Meet Siham Arif, Manager - Commerce at Publicis Media
Siham started her career at Publicis Media as a Media Planner on the Procter & Gamble account. She then transitioned to P&G’s digital content platform, Everydayme Arabia, as an Account Manager overseeing the site launch, user acquisition and measurement, collaborating with various practices from the group. Soon, she took over P&G’s e-commerce planning and activations. Today, Siham is the account lead for P&G, Mondelez, and Beiersdorf commerce clients, working with a team of six account executives and performance specialists. She is also the Retailers and Marketplaces Lead, working on fostering agency relations with the top retailers in the region with JBPs and agreements.
Why did you join this industry?
The great thing about media is that we work across industries. A few years in this field can make us experts on anything, from diapers to smartphones.
How did you land your first job?
All through college, Publicis was one of the agencies we heard about the most. I interviewed at Publicis right after graduation and was lucky enough to be selected.
Who do you look up to?
Richard Branson because his life philosophy resonates most with me: do good, have fun, make money.
What’s the best advice you have received so far?
At work, it’s to just start. Start that big project, start that review deck, start that analysis. Some- times we get so overwhelmed by the idea of the perfect deliverable that we keep procrastinating. And that slows down growth and limits your potential.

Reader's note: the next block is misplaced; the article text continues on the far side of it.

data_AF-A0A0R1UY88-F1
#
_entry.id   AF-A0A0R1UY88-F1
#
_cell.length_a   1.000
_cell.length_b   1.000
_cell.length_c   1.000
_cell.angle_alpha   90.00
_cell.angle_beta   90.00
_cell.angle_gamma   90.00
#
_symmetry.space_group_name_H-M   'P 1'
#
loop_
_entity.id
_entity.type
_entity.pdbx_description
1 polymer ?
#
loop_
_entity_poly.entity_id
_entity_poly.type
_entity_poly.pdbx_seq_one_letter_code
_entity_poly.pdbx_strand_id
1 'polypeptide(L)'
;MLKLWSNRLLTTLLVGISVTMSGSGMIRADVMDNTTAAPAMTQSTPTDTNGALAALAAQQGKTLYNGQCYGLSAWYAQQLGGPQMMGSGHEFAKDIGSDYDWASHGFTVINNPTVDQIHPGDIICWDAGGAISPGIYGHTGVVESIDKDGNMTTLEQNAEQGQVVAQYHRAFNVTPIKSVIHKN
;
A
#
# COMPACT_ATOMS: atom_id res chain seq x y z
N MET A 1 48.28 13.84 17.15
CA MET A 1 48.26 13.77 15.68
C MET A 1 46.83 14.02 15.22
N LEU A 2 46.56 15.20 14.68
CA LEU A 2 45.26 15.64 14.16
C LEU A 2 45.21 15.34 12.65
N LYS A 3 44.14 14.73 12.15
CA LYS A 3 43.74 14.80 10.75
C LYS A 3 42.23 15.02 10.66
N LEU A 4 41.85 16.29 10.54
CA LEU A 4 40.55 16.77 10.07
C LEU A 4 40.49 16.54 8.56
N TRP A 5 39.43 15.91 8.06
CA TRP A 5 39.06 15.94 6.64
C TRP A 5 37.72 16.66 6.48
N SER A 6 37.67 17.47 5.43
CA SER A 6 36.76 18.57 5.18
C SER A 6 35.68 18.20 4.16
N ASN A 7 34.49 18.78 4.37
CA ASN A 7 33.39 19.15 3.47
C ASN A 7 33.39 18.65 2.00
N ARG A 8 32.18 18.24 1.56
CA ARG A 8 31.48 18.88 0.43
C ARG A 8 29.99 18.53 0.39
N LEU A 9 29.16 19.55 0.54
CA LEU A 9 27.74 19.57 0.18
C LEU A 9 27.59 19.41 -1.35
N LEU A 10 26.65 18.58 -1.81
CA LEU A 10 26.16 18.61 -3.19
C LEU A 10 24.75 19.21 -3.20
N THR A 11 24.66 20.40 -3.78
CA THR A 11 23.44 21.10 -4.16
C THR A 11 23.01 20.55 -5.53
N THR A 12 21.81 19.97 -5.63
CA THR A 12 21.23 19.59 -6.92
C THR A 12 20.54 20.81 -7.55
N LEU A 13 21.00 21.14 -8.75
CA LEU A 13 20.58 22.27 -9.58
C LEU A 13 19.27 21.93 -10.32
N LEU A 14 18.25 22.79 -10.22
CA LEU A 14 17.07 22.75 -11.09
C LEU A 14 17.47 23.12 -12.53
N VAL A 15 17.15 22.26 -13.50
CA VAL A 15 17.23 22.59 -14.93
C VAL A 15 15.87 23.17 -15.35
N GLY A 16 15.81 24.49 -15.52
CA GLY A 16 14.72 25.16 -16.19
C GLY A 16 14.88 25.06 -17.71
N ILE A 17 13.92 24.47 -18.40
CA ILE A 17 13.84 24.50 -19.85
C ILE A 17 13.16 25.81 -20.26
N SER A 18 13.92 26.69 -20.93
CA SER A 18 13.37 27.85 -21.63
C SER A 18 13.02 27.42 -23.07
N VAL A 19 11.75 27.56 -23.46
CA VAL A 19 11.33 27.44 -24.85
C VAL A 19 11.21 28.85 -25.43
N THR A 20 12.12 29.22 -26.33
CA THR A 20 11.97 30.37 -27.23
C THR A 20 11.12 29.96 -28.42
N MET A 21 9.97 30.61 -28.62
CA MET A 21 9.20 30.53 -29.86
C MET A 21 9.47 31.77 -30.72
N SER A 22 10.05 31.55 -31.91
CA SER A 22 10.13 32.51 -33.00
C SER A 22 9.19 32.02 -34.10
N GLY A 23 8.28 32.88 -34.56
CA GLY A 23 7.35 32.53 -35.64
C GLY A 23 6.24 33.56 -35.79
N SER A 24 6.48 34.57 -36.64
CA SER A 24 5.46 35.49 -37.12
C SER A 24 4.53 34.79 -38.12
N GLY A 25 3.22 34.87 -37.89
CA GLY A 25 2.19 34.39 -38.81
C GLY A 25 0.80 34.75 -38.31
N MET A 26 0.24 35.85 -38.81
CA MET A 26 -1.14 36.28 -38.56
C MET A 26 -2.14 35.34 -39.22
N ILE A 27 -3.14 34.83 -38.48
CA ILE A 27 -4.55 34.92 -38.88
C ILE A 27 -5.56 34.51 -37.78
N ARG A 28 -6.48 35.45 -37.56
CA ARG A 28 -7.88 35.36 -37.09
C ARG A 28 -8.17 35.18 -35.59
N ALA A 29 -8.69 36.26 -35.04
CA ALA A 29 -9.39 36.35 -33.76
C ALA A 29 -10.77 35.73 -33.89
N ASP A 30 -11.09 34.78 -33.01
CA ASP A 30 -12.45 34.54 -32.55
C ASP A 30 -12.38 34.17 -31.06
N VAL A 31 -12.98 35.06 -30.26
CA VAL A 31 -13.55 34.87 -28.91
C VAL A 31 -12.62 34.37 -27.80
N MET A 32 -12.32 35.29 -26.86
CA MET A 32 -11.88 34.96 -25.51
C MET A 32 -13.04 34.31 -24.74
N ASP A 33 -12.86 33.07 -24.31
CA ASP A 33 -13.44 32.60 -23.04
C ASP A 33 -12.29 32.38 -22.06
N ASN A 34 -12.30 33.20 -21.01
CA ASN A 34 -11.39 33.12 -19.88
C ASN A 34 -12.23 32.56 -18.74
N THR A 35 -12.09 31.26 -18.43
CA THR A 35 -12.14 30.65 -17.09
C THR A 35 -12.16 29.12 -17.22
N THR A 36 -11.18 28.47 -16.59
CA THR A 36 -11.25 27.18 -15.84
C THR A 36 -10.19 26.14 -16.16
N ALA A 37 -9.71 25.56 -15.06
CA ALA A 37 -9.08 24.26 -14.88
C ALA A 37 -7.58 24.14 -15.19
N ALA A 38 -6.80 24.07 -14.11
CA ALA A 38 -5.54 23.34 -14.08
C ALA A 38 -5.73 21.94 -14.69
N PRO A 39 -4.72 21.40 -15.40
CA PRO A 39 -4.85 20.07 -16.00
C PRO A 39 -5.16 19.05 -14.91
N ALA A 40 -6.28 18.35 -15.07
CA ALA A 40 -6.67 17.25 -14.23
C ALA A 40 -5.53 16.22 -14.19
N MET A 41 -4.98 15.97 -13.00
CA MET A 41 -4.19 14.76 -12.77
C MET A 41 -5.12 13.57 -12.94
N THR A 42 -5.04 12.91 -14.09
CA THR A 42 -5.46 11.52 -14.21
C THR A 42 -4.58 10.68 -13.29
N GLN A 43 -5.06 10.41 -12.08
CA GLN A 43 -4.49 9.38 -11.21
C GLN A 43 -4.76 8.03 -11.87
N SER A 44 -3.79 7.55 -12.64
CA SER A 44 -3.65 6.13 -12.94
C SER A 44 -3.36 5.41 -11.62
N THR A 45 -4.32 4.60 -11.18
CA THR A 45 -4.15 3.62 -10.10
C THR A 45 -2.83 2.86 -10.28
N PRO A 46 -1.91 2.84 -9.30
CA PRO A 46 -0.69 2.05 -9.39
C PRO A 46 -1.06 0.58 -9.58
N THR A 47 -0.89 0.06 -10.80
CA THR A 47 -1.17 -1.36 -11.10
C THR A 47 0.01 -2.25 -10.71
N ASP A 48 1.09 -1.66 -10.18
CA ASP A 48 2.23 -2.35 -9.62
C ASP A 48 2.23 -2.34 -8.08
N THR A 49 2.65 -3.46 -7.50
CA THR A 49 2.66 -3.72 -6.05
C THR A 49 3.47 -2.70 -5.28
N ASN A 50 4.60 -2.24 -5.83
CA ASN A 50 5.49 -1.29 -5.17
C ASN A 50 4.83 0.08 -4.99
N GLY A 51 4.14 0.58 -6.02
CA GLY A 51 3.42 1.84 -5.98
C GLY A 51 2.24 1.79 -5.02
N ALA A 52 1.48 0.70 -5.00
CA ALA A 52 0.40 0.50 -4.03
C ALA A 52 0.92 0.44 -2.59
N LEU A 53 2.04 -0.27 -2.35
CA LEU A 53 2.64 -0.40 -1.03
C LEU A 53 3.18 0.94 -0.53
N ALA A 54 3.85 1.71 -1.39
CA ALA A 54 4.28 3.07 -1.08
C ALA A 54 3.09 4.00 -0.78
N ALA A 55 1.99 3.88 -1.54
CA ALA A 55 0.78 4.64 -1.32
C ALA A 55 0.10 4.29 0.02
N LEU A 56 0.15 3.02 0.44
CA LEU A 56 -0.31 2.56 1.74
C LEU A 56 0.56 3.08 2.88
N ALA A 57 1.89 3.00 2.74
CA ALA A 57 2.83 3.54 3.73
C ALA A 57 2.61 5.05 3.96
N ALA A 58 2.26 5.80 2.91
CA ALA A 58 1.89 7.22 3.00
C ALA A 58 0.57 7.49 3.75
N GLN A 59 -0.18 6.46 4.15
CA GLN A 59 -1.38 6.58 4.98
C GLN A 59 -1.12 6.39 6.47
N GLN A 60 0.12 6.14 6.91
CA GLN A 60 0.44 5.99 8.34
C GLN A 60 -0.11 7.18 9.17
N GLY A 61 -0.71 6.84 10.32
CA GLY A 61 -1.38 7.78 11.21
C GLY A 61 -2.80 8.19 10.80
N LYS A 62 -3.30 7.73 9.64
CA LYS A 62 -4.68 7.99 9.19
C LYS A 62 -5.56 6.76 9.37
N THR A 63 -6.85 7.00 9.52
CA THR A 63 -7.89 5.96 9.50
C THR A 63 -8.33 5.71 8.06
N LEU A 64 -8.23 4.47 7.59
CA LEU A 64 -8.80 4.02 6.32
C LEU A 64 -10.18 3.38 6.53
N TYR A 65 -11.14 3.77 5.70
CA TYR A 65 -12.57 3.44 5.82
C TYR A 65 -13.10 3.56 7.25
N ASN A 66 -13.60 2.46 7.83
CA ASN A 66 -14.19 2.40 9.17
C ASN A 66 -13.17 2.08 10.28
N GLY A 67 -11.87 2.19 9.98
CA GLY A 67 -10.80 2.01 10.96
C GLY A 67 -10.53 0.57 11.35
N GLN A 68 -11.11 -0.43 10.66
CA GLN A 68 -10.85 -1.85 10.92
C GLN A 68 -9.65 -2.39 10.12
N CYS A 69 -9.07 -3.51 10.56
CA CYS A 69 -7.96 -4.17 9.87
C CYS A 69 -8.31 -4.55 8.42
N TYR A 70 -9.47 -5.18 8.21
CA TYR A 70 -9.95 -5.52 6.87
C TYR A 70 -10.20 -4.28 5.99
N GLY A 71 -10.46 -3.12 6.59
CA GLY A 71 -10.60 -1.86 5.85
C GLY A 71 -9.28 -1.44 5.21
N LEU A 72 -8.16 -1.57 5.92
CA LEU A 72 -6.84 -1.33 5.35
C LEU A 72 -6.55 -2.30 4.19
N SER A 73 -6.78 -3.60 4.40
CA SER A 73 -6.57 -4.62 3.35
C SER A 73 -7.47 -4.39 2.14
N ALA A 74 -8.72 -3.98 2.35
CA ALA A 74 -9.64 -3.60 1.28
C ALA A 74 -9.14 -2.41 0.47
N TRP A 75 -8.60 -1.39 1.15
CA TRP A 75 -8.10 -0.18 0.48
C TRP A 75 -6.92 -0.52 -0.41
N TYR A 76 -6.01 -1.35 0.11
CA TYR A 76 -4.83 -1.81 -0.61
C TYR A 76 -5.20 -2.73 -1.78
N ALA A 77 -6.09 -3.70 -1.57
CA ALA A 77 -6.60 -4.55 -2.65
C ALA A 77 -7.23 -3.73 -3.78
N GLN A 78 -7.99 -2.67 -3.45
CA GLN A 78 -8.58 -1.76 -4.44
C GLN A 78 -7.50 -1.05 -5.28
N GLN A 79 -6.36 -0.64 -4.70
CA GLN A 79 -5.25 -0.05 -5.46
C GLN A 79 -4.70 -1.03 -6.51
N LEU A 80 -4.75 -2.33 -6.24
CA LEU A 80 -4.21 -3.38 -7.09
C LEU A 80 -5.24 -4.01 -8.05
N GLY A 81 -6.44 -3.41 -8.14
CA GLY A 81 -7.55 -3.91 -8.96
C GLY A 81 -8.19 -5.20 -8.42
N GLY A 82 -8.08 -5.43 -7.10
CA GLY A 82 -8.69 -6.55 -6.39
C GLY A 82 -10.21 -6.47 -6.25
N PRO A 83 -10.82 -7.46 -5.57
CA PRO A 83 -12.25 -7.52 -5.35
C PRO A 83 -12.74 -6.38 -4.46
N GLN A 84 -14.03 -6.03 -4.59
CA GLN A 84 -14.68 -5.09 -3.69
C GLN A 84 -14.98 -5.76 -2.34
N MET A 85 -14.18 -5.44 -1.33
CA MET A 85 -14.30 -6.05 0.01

What’s the best advice you have given so far?
The best advice I have given someone is to start yoga. Yoga helps release all kinds of physical, mental, and emotional stresses and was the reason for my sanity during the initial lockdown adjustment in 2020.
How do you feel about the stigma sometimes associated with Millennials and Gen Z?
Every generation has problems and it would be foolish to say that we are perfect. Some of the stigma associated with our generation is warranted, such as delaying gratification and impatience. But we are also the generation that wants to change the world and can, if we address these tendencies.
What do you think you specifically bring to the organization you work for?
A modern approach to team management. My relationship with my team is dynamic and empowering. It’s important to adapt one’s management style to the individual, and I make sure that I empower every member of my team to make mistakes and learn while having my support.
What’s the most valuable lesson you’ve learned at work?
It’s always better to over-communicate than under-communicate with clients.
What’s the most rewarding thing about your job?
Seeing your hard work come to life in the form of new business or excellent implementation of complex strategies.
What’s the most frustrating thing about your job?
The stark difference in the speed at which agency capabilities grow and the speed at which clients grow. A big part of our day-to-day jobs is to educate clients on the new technologies, but clients are not always ready to adapt to new ways of doing things.
If not this, what would you be doing?
I would be a serial entrepreneur who would have started a digital agency, a grocery store, and a restaurant by age 30.